Madrid, Spain – The Spanish Socialist Workers’ Party (PSOE) announced on Monday it will attempt to govern following a resounding victory in national polls.
“We believe that we have more than enough support to be the rudder of this ship,” Carmen Calvo, the deputy prime minister in the previous government, told Spanish radio service Cadena SER.
The anti-austerity, left-wing Unidas Podemos (UP) party gained 42 seats and has signaled its openness to work with PSOE.
However, their combined 165 seats still fall short of the 176 required for an absolute majority in the 350-seat Congress of Deputies in Spain.
The remaining seats needed for a majority could conceivably come from regional nationalist parties in the Basque Country and Catalonia.
However, a 176-seat majority or formal coalition agreement isn’t essential for Sanchez to govern, Josep Costa, vice president of the Catalan parliament from the pro-independence Together for Catalonia (JxCat) party, told Al Jazeera.
“Sanchez has got many options on the table,” Costa, who is also a professor of political science, said.
He explained that Sanchez is likely to employ “variable geometry” – a term used in Spanish politics that means Sanchez will probably rely on different parties for votes on different issues.
“He may be able to join with the left when it comes to social issues. He might be able to join with more nationalist parties when it comes to [the] institutional design of the state,” Costa said, adding Sanchez will only need more “yes” votes than “no” in a second-round vote to become prime minister.
Still, Catalan nationalist parties are a force to be reckoned with in the current parliament, with the region’s independence crisis, former dictator Francisco Franco’s legacy and the rise of the far right all issues requiring the attention of Spain’s next government.
Costa said the 22 seats won by pro-independence Catalan parties – 15 from the centre-left Catalan Republican Left and seven from JxCat – was their largest share “in Madrid, ever”.
Sanchez has taken a firm anti-independence stance, saying in Barcelona last week there would be “no referendum” and “no independence” in Catalonia.
When asked what role pro-independence parties will play in the current government, Costa replied: “It definitely depends on what he wants to do. What are his priorities? I mean, the best scenario for us would to be not involved with Spanish politics… We want to be self-sufficient and independent.”
The right-wing bloc of the centre-right People’s Party (PP), Citizens, and far-right Vox won a total of 147 seats.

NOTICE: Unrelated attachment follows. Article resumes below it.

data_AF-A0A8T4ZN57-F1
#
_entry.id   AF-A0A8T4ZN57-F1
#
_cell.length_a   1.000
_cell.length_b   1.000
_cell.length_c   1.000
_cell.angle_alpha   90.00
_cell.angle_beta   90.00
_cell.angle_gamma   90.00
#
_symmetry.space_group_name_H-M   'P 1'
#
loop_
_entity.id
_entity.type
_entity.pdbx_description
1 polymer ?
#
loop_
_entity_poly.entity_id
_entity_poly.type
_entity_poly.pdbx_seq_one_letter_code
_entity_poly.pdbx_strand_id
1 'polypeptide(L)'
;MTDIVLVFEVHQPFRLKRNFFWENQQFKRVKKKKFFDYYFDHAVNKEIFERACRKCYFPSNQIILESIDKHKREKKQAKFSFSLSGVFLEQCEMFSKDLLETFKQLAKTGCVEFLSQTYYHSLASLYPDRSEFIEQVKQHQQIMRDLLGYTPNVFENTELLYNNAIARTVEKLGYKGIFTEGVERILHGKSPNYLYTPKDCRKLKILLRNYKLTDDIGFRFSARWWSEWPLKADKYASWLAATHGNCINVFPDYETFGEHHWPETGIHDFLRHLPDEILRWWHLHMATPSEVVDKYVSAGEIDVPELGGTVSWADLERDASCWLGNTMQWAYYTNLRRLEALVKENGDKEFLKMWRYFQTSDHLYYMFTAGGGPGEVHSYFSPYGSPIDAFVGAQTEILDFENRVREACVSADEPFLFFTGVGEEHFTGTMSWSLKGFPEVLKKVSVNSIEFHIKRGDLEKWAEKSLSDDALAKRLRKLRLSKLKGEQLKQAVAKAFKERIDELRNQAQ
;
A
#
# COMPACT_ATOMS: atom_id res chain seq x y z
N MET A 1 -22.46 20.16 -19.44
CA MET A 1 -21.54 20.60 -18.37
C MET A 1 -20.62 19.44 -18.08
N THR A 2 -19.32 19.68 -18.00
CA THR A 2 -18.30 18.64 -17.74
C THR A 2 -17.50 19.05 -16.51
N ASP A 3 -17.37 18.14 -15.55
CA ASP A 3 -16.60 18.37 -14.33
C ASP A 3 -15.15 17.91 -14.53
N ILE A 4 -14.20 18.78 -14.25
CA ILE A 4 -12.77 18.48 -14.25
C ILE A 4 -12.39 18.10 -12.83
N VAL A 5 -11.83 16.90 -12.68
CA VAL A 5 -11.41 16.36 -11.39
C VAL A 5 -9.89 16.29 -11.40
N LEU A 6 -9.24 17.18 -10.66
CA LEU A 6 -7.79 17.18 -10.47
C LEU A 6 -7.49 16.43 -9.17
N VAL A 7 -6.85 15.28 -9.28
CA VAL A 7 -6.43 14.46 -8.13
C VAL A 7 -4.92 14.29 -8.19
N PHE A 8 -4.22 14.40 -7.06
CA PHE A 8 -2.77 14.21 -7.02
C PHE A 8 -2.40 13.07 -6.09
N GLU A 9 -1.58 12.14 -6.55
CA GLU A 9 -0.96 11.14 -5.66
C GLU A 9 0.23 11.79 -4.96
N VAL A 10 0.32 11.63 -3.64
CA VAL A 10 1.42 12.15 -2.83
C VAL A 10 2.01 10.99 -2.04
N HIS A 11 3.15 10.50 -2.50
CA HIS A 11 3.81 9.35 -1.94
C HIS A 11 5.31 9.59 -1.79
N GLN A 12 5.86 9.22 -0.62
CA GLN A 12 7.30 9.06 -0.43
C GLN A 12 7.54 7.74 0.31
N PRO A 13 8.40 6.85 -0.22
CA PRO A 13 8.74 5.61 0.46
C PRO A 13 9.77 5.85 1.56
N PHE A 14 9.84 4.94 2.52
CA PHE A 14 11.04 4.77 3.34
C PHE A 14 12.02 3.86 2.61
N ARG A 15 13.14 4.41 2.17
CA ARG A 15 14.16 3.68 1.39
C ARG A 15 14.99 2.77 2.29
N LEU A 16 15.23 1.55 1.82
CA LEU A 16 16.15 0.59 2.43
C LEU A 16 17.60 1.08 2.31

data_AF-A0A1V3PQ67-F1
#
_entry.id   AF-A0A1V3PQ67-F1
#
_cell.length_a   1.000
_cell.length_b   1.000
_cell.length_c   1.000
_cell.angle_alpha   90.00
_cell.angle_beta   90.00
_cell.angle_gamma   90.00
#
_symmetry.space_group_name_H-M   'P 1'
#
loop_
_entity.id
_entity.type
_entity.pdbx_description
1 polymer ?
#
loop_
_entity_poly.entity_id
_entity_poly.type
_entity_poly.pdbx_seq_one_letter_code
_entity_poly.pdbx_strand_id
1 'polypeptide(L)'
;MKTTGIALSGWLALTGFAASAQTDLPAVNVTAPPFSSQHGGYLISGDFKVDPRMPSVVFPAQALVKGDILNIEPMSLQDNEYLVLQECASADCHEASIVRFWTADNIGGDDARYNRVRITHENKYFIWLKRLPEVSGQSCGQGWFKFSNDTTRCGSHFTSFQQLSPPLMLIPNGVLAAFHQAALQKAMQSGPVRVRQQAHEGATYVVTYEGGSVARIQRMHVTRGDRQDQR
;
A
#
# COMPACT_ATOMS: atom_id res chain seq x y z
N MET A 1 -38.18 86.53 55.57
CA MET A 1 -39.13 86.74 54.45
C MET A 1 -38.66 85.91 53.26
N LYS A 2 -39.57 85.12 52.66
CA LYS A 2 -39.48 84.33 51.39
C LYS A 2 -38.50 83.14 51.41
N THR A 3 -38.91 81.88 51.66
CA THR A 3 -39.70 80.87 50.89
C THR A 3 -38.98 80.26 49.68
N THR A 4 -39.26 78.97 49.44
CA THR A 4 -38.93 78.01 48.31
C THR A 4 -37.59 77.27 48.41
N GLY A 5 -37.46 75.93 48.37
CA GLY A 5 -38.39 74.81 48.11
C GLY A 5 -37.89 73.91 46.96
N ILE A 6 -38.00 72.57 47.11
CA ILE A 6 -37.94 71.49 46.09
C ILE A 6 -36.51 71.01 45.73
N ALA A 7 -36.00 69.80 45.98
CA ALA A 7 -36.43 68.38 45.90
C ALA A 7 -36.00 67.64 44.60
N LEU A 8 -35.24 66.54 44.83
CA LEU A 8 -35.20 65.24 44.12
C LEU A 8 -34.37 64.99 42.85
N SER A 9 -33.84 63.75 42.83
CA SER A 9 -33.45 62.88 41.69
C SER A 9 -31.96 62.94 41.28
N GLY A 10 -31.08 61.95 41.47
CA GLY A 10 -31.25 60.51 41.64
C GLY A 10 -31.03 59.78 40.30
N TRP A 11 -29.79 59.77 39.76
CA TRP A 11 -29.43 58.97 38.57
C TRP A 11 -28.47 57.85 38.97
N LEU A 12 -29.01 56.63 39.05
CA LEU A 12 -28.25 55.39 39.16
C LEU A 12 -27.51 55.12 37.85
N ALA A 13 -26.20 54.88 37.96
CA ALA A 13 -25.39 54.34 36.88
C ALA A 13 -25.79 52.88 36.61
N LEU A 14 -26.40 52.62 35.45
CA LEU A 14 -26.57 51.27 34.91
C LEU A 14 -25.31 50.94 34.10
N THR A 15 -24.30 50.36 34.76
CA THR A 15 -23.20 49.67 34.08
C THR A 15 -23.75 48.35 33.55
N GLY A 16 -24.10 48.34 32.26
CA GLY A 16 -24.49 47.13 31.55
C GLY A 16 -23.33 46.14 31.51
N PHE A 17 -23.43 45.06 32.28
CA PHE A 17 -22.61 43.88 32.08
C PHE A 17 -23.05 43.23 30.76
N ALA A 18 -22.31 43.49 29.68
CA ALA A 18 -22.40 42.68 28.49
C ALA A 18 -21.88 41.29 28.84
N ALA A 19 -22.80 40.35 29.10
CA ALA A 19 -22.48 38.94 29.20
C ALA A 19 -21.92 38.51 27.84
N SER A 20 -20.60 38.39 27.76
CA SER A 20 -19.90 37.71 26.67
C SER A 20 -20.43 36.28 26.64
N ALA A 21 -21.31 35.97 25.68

PP suffered the greatest defeat on Sunday, going from 137 seats in the previous congress to 66 seats in the post-election one.
Citizens, which considers itself centrist-liberal but has faced accusations of ties to the far-right in its home region of Catalonia, was the clear winner from the right-wing bloc, increasing its seats from 32 to 57.
Citizens’ leader Albert Rivera declared in a tweet on Monday that his party “will lead the opposition”, signaling PSOE won’t receive its support.
Observers were alarmed by the rise of the far-right Vox party in Spanish politics before the national vote. While Vox may not be in government, its 24 seats still signal a shift in Spain.
Vox is the first far-right party to win seats in the country’s national congress since Spain’s transition to democracy in 1975, following Franco’s death.
Vox found substantial support among Spain’s middle and lower-middle classes, according to Helen Graham, a history professor at Royal Holloway, University of London who specialises in the Spanish Civil War and its aftermath.
“The voters who have propelled Vox into the forefront are mainly urban and suburban, white-collar middling sectors which are currently becoming downwardly economically mobile – just the same as they are across the West generally,” Graham told Al Jazeera.
“But the particularity of Spain is that these particular sectors were the child of Francoism,” and “created by the dictatorship’s accelerated urban and industrial development during the late 1950s and 1960s”, she added.
These sectors typically voted for PP but have “decamped” to Vox in the wake of the global recession and Spain’s downward economic slope, Graham said.
An open question
Ignacio Jurado, a senior lecturer of politics at York University, told Al Jazeera that the far right’s rise was also aided by Catalonia’s independence push.
The Catalan crisis has “catalyzed the rise of the far right”, he said, noting this took place even as other parties took tough stances against the region’s independence.
Jurado said the Catalan issue also helped Citizens, which “had its best results in the polls just after the crisis”, and strongly campaigned on “the national issue compared to 2016 where economic reforms were its main banner”.
How Sanchez handles his mandate is an open question: Franco’s legacy, the economy, and Catalan independence are still major challenges for Spain’s new government, and this could lead to instability, Costa said.
“I think it remains to be seen what his priorities will be. Will he try to seek a solution to Catalan demands, which help him stabilise his government into the future? Or [what] if he just wants to survive?”